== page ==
But sites like Health Impact News or Global Research also have another reason for promoting misinformation about the epidemic: It allows them to position themselves as being among the few trustworthy sources of information about it. “Sites like ours may soon be blocked from reporting on this emerging worldwide health crisis if this simulation is accurately predicting just how these events are about to unfold,” Health Impact News proclaimed. (Readers are encouraged in a pop-up window to subscribe to updates while they still can.)

The slightly more mainstream peddlers of xenophobia and conspiracy theorists have had a different focus. Both Jack Posobiec, the former Game of Thrones blogger turned right-wing media star, and Ann Coulter, a desiccated racist who’s prone to promoting a variety of utterly false theories (including claiming that the U.S. has “taken in one-fourth of Mexico’s population”), have suggested that the coronavirus means that China should be subject to a travel ban because, as Posobiec scientifically pointed out, “This is how the plot of World War Z began in the book.”

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Accusations that the government isn’t doing enough to stop the spread of the disease have also been met by accusations that they’ll soon be doing too much. A site called Twisted Truth was among those spreading the claim that the government would soon impose martial law on Americans to contain the outbreak.

Adams and Jones, meanwhile—both big fans of apocalyptic claims about FEMA camps themselves—saw something special at work too; as with most human events that fall under their mutual gaze, they claimed that the coronavirus is nothing less than a global depopulation effort.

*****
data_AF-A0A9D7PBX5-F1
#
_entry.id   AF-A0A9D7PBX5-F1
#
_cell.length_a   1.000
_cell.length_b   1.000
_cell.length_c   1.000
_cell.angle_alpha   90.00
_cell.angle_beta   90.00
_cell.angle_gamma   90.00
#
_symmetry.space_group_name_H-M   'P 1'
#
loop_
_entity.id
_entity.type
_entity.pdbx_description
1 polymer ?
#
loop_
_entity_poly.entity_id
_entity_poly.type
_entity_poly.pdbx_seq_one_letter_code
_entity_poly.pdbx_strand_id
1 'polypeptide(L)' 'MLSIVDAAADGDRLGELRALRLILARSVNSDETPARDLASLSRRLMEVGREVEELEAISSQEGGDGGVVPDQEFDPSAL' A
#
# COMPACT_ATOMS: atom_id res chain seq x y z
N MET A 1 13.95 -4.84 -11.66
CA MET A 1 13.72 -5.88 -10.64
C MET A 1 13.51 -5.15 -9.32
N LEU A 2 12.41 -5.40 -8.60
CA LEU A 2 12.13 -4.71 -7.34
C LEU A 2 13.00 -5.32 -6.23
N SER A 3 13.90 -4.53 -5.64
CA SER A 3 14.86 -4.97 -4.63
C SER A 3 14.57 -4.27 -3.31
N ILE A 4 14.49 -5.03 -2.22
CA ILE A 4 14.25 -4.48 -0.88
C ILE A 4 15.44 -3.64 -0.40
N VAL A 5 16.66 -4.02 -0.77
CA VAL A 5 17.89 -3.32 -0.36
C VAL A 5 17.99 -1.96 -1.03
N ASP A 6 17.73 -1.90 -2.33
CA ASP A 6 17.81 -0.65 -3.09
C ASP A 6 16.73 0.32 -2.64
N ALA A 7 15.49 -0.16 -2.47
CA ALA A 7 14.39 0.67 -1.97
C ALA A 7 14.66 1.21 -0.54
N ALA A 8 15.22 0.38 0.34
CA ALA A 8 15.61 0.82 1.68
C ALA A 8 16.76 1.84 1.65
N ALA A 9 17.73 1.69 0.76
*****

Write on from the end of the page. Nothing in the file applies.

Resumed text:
“The coronavirus obviously is a prepared simulant,” Jones declared. “A cover for other stuff, because they always have something else that’s really doing and they got the virus [sic],” he added, a bit confusedly. “I mean, you can see all the stuff going on. It means we’re now game-time. The ball’s been kicked off. It’s 2020. New World Order toe-to-toe with humanity.”

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“The masses will be slaughtered,” Adams added. “The depopulation agenda cannot be stopped. Do you understand? Do you effing understand?” He didn’t see much hope of a solution: Over the course of the segment, Adams claimed that a coronavirus vaccine, if it appeared, would be untrustworthy and would contain “live virus,” and that if the masses were truly awake “there would be millions of people marching to demand control over our borders” so infectious diseases couldn’t be brought into the country. He and Jones agreed that the coronavirus was, in their words, a “bioengineered weapons system that is being deliberately released,” and that natural cures for the illness will be criminalized because “the globalists want to kill as many people as possible.”

(Natural News has previously suggested that baking soda can “enhance” cancer treatments and cure auto-immune diseases.)

Luckily, they had a solution: Every InfoWars story we’ve seen about the coronavirus has concluded with a link to one of Jones’ products. “People who know what’s coming,” one read, “are taking advantage of the up to 50% off savings on our storable food.”

Tagged:
conspiracy theories
natural news